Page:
From left to right, Hattie Hook, Thom Green, and Elias Anton in “Of An Age.” (Courtesy of Focus Features)

“Of An Age” starts with a bang and ends with a sigh. 

A teenage girl named Ebony (Hattie Hook) is woken up by the spray of the surf on an Australian beach after a long night out. She has absolutely no idea where she is – and seeing as it’s 1999, she lacks the in-pocket map we all now possess that would give her that answer. Hungover and disoriented, she hurriedly stumbles her way to a payphone, the camera following her just as shaky as she is. 

The person Ebony chooses to call to come save her is Kol (Elias Anton), a Serbian immigrant who serves as her sweet, shy, and definitely closeted ballroom dance partner. Kol answers, and Ebony explains her situation to him – she partied too hard, she has no clue where she is, and the duo is set to perform in the finals of a local dance competition that very morning. The two argue about what to do, their voices rising in pitch and panic until Ebony comes up with a plan. Her older brother Adam (Thom Green) has a car, and he might be their only hope. 

The opening of “Of An Age” rolls on at this chaotic level, climaxing during a sequence where Kol runs down the street in a glitzy dance costume as a cheesy, synthy tune plays on in the background. But once Kol and Adam – the real protagonists of this story – finally meet, that swirling tornado of mayhem subsides, giving way to a contemplative queer romance. 

From here, the film follows the evolution of Kol and Adam’s relationship over the course of several hours, before fastforwarding to a future where they reunite in their hometown for the first time in years. In the process, director Goran Stolevski seamlessly transitions from a rocking, rollicking teen romp to a thoughtful, if slight, meditation on the beauty and peril of romanticization. 

The structure of “Of An Age” presents its actors a daunting task. Kol and Adam meet each other once, spend a night together, and don’t see each other again for over a decade. In the short time we spend with the pair when they first meet, the connection between the two must be so potent that when they meet again as adults, we’re left longing for the moment they rekindle their romance – much like the characters, we’ve built that moment in time up to impossible heights. Stolevski, who also wrote the screenplay, achieves this by putting the audience in Kol’s position, allowing us to identify with him while a synergy of camera movement, cinematography, and performance comes together to create an idyllic spell that leaves you with an unbridled sense of yearning.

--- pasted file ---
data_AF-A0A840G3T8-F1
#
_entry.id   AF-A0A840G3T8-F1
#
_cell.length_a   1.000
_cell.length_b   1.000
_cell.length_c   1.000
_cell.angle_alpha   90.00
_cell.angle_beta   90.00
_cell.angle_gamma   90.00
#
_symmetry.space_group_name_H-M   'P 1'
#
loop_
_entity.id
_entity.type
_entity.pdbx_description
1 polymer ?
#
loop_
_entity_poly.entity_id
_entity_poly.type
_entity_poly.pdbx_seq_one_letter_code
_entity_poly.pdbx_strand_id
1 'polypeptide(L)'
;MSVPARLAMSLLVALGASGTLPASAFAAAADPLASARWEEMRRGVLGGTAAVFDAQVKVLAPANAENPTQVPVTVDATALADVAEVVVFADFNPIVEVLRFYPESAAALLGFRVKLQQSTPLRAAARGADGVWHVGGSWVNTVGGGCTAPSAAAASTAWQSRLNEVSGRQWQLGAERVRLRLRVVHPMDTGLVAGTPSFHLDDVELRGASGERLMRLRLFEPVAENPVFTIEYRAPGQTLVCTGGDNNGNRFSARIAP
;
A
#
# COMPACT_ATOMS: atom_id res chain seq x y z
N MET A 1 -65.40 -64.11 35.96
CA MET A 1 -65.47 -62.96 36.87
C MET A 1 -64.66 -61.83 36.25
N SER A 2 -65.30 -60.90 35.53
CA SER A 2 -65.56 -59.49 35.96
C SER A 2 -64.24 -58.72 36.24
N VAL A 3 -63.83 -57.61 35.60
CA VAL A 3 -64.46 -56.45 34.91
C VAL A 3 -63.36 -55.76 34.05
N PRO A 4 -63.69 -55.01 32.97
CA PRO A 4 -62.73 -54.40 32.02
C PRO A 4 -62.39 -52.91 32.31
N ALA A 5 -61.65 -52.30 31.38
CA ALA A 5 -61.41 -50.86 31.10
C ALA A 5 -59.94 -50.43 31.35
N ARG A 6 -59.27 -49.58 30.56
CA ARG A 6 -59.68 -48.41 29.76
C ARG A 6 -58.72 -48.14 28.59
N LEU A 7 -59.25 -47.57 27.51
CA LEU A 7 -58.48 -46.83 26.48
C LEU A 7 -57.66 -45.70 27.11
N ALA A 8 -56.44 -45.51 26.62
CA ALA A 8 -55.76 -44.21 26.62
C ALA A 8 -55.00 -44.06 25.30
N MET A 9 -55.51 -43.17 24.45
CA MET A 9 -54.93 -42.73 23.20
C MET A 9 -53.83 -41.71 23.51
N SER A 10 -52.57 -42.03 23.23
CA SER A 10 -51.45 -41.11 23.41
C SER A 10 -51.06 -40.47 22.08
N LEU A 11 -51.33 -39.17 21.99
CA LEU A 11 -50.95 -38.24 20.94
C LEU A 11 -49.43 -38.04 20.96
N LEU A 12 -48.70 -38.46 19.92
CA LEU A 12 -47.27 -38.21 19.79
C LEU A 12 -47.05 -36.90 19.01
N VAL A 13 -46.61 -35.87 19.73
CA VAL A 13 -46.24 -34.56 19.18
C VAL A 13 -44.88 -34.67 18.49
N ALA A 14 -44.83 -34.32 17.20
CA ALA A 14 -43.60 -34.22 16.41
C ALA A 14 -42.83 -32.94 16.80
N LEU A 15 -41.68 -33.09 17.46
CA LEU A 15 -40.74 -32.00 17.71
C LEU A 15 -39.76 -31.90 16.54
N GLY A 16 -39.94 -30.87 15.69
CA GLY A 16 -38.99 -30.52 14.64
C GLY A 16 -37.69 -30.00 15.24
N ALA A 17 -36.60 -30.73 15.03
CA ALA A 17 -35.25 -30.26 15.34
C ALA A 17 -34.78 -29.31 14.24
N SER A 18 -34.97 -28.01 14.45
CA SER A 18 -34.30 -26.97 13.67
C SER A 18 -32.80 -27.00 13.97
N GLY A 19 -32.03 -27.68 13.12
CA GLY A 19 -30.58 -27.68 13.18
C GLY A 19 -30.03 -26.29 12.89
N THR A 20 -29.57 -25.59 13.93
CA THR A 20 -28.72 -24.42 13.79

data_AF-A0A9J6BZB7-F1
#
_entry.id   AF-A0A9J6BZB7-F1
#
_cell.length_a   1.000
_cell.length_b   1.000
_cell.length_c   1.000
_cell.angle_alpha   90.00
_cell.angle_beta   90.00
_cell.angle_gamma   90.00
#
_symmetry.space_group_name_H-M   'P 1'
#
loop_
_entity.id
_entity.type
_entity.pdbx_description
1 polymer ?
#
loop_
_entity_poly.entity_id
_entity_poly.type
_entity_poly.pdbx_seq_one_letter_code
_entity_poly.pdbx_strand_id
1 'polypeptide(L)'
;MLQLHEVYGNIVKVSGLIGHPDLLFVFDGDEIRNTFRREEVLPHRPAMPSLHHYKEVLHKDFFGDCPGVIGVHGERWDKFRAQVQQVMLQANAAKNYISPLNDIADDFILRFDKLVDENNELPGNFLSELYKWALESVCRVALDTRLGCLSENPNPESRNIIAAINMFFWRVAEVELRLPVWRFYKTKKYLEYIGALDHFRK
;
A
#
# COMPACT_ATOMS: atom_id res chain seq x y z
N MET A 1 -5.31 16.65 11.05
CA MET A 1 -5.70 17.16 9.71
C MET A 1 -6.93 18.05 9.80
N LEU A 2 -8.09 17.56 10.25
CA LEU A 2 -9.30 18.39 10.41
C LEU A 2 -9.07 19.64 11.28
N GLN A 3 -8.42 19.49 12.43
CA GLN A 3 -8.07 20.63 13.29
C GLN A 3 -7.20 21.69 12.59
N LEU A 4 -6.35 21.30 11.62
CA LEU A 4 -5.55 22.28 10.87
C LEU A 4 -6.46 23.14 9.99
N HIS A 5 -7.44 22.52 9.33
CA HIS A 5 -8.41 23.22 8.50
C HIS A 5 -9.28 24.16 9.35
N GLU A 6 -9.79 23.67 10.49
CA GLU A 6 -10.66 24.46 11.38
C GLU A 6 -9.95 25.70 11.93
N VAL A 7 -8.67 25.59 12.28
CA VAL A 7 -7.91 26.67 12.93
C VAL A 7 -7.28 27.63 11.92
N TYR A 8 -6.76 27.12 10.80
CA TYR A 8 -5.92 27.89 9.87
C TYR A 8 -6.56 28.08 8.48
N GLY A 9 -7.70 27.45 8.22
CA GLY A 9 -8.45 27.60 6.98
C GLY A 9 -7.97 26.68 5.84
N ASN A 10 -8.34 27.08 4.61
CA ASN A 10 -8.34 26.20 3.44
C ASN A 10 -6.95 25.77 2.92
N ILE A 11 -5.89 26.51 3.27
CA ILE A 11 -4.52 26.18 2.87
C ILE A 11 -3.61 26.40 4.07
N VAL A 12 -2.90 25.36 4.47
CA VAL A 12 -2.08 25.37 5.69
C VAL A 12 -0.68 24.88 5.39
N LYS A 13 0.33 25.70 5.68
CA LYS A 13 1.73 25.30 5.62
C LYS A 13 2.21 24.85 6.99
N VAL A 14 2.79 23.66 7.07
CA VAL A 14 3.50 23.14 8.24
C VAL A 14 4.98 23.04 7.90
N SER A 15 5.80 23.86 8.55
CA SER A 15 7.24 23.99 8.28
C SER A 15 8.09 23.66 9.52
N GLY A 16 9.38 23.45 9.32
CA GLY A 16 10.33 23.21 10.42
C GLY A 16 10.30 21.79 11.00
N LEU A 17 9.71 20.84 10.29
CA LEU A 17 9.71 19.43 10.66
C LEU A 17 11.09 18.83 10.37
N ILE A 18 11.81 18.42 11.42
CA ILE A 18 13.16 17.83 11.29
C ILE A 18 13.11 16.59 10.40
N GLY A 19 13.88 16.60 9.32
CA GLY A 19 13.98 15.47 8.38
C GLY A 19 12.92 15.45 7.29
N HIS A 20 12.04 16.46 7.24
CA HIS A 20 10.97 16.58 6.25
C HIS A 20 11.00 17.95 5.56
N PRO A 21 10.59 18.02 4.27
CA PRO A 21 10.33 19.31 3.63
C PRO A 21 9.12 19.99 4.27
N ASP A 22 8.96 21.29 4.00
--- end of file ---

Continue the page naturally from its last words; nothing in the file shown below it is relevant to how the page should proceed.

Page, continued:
When we first meet Kol, he’s not out, and he’s spent a lifetime pretending not to be lonely. His relationship with Ebony is nothing more than teenage superficiality, and there’s an undercurrent of racism and homophobia in his small, Australian town that keeps him removed from his peers. The character of Adam, then, becomes the cipher that unlocks something for Kol, making him feel accepted and understood. As Adam, Green takes this role and runs with it, delivering a tantalizing performance that ultimately makes the film work as well as it does. 

Dance is a constant in “Of An Age,” and fittingly, the actors treat their characters’ interactions as a dance of sorts. In the first scene in the car, Adam leads and Kol follows, almost furtively building sensuality as Adam gauges Kol’s comfort level with his own queerness. Green’s performance is strikingly deliberate. There’s intention behind every move, and you can almost see the gears shifting in Adam’s brain as he rolls cautiously over every word choice, as his eyes flash with warmth and interest, as he quietly invites Kol to know him. 

It’s easy to see why Kol falls quickly in love with Adam, because we fall in love with him ourselves. The camera and the cinematography further romanticize the couple’s meeting, bathing the car in a dusky warm haze, deploying intimate close ups so we can see every microexpression on the actors’ faces. At one point, Adam takes off his shirt (whether because he’s actually too warm or because he wants Kol to look, we’ll never know for sure), and the camera follows Kol’s eyeline as his gaze travels up Adam’s back, trying hard to sneak a look while Adam rests his face in his arms against the steering wheel. Then, Kol suddenly catches Adam’s eye through the crook of his arm, quickly breaking the sultry, sweaty haze – for the time being, at least. 

All of this – the camera movement, the cinematography, the vulnerable, seductive quality of Green’s performance – continues to work in tandem after this scene as Kol and Adam’s short-lived romance burns bright and fast, crystallizing the hours they spent together into this heightened, perfect moment in time. When the film fast forwards, we – like Kol – are left longing for that magic of that time, unprepared for the reality that’s coming.

Sammie Purcell

Sammie Purcell is Associate Editor at Rough Draft Atlanta.